So the guys were mostly concerned about Network expansion, at the same time polishing their main arm- PEOPLE SEARCH. Of course Spock is not a Social Network, it's something much bigger and complex, including also SN as a key component.
Community powered People Search- is what makes Spock really different from any other Pages/People Search Engine. And although we all know there exist already few People Search Engines, those are all (most) "closed boxes", the take-it-as-it-is service, so could never be considered as an Online Identity Management platform. Spock has made a step towards the real Search Engine 2.0- they opened Search to the Community, so everyone is able, as mentioned by Sam, cleaning up and filling properly the own data, and then take care of the other people's profiles. Today some other projects are becoming opened, and this just once again demonstrates that the vision was correct?
So with Spock we get a) people search engine + b) online identity management tool + c) search engine 2.0.
not too bad for a beta?

and if you could think about the spelling of SPOCK, that is "Single Point Of Contact (by) Keyword", and its mission to become the single point not only of Contact but in the future also of Entrance to the Web/ Web 2.0 world (that's easily possible today with help of OpenSocial, DataPortability etc)- you'd probably not looked at Spock as just a search engine, right?

Have a nice spocking :)
Kind Regards,
Andrey Golub- a Spock Evangelist and Blogger
http://www.spock.com/Andrey-Golub

Kenneth Udut

I don't think the sky is falling. Spock flavored fire & brimstone (if Spock were an "oops! evil"), would taste more like Skittles or gumdrops falling from the sky, not sulfur and heat.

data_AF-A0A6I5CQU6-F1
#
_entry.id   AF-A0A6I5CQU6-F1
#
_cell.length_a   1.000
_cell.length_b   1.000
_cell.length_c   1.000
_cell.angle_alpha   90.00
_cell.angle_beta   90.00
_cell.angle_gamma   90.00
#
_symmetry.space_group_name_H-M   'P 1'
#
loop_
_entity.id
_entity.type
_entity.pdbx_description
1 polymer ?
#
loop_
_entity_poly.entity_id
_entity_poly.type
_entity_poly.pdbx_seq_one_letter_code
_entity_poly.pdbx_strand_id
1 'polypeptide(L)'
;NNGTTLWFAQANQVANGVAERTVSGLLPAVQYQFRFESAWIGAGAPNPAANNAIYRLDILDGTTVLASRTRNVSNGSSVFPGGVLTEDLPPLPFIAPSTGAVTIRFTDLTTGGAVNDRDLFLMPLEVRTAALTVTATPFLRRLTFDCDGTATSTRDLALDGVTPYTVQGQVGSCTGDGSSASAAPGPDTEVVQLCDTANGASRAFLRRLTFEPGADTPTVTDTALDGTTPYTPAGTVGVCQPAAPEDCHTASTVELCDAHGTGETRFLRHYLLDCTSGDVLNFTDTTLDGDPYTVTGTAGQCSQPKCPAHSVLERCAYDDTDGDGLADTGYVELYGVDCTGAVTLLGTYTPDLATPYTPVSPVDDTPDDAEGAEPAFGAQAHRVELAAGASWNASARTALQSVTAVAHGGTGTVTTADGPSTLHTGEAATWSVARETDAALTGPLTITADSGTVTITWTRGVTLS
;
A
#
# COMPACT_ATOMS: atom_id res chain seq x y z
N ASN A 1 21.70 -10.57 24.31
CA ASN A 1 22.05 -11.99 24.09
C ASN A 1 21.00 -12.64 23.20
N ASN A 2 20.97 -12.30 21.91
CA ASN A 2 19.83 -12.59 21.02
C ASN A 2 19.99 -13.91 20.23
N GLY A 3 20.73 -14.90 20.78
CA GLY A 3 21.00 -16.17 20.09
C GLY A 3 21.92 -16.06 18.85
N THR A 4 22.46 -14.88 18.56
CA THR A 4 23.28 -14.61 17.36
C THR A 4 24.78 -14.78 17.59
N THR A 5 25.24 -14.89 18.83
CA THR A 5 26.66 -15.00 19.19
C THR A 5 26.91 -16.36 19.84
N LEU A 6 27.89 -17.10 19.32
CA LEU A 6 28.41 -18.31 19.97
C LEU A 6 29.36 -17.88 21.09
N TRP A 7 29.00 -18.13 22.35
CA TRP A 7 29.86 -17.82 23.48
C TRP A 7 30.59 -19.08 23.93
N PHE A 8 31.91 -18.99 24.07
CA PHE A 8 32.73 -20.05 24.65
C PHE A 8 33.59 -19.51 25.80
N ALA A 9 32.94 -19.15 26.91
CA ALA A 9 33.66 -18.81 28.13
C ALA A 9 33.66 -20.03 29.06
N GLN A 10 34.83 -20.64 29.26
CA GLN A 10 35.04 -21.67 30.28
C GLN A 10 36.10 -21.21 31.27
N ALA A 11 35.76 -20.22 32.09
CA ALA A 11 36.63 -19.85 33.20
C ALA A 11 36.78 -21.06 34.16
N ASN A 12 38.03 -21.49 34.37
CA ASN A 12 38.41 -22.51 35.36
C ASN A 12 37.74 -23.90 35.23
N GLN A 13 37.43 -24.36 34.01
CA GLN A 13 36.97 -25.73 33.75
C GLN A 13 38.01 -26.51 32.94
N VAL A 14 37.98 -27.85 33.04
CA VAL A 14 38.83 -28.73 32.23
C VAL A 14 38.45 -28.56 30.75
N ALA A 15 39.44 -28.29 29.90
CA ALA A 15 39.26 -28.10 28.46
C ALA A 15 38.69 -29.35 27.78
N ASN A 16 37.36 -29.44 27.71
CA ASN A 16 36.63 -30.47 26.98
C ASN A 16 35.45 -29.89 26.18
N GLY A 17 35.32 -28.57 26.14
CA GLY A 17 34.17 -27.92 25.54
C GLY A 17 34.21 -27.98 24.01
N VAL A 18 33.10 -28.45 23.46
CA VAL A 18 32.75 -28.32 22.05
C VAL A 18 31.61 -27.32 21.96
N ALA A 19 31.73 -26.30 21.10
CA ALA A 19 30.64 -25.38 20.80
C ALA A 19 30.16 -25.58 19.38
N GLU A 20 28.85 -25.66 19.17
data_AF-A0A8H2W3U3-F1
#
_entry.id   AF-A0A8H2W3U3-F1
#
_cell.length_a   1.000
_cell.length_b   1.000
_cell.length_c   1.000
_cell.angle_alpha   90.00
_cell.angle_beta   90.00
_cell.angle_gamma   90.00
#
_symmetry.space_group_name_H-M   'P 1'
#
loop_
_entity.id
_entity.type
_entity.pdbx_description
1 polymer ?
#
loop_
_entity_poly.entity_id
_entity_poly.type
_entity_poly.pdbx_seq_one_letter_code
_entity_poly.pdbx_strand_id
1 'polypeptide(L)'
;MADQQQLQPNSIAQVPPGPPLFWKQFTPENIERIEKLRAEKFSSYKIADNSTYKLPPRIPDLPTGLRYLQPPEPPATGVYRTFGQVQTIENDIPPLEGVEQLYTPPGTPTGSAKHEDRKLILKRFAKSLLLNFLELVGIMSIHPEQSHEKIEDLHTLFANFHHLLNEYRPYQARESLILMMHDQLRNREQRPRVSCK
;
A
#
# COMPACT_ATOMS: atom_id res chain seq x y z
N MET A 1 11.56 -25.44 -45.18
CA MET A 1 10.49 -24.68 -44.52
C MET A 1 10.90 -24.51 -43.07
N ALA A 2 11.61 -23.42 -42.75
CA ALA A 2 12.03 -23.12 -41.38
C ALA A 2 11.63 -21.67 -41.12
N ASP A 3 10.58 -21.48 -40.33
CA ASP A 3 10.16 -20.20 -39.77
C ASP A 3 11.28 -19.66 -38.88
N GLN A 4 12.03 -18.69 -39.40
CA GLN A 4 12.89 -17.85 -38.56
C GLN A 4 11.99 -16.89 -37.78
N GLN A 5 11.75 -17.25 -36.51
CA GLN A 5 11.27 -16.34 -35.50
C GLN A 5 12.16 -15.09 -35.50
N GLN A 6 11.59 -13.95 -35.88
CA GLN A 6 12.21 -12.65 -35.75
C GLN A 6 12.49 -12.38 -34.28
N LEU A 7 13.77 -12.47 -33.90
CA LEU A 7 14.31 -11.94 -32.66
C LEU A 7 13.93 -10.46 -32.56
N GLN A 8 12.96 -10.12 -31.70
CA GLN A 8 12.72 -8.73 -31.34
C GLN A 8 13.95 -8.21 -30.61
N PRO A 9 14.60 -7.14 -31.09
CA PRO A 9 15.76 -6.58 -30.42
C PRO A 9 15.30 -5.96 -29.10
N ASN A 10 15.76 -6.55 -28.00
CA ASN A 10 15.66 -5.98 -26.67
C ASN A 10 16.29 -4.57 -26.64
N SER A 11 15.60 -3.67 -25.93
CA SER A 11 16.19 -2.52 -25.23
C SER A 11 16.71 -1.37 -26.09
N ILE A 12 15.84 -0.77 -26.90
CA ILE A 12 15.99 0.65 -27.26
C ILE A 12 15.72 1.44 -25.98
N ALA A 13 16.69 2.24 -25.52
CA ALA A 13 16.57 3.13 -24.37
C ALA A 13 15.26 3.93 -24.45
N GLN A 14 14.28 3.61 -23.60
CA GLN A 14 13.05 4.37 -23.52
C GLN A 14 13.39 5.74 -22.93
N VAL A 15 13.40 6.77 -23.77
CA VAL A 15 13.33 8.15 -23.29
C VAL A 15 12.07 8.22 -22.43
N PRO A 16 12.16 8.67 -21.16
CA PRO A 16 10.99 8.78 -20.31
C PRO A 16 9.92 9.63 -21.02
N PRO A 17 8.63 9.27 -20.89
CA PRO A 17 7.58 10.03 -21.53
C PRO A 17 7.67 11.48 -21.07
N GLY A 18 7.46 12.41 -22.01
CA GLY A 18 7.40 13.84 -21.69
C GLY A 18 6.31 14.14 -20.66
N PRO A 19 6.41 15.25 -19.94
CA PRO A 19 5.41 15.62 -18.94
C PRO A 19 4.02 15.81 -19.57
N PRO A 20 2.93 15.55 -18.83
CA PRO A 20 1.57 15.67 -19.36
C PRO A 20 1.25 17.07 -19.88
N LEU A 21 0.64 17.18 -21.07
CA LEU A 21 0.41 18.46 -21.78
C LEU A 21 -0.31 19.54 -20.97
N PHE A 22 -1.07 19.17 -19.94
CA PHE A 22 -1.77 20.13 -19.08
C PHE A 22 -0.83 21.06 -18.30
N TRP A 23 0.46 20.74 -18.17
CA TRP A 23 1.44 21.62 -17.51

Is there a potential for OTHER scrapers to come along and scoop up SPOCK data and reconstitute it into an evil blend? Sure, that's possible - but no worse than what is already done with Myspace or what Google does. Data scraping done by Spock works off of existing, already easily findable systems. It's just repackaged in a friendly web 2.0 format.

Perhaps I'm naive. I did have an old work associate grumble a little about my spock request, saying, "I'm concerned about the privacy issues of joining another network". And he does have a point. He need not join Spock.com. He's careful about what he releases online and it shows - he's a very hard man to find online.

But I don't see what spock is doing as anything different than wink, or zoominfo, or ziki. At least they're all free to play along with spock. Intelius is the one that I didn't care for. "Hey, here's you and everybody related to you, everybody's ages and past addresses. Give us $10 and we'll search court records too". Spock isn't digging any much deeper than what you could find on Google or Yahoo.

In any case, I LOVE Spock, so it is hard for me to find fault. I think the potential of spock is astounding, and while the potential for danger is there (as it is for most things in life) - I think it's minimal. The upbeat, positive attitude one has with Spock, the cheerful upbeat colors, the easy to use interface -- I just can't fault it.

Bad people will try to infiltrate every system. All you can do is take each case at a time and not be overly paranoid. If one worries about their online reputation, then they should watch what they post, and spock themselves once in a while.

It's more likely than not that nobody is out to get you.

The sky is still in the sky.

Kenneth Udut
http://www.spock.com/Kenneth-Udut

Jim Benson

Thanks Kenneth,

I'm not sure what you are responding to.

I really wasn't worried about the issues you are describing.

I was more concerned with the inappropriate aggregation of unrelated information.

Jim

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Jim Benson is a collaborative management consultant. He is CEO of Modus Cooperandi, a consultancy which combines Lean, Agile Management and Social Media principles to develop sustainable teams.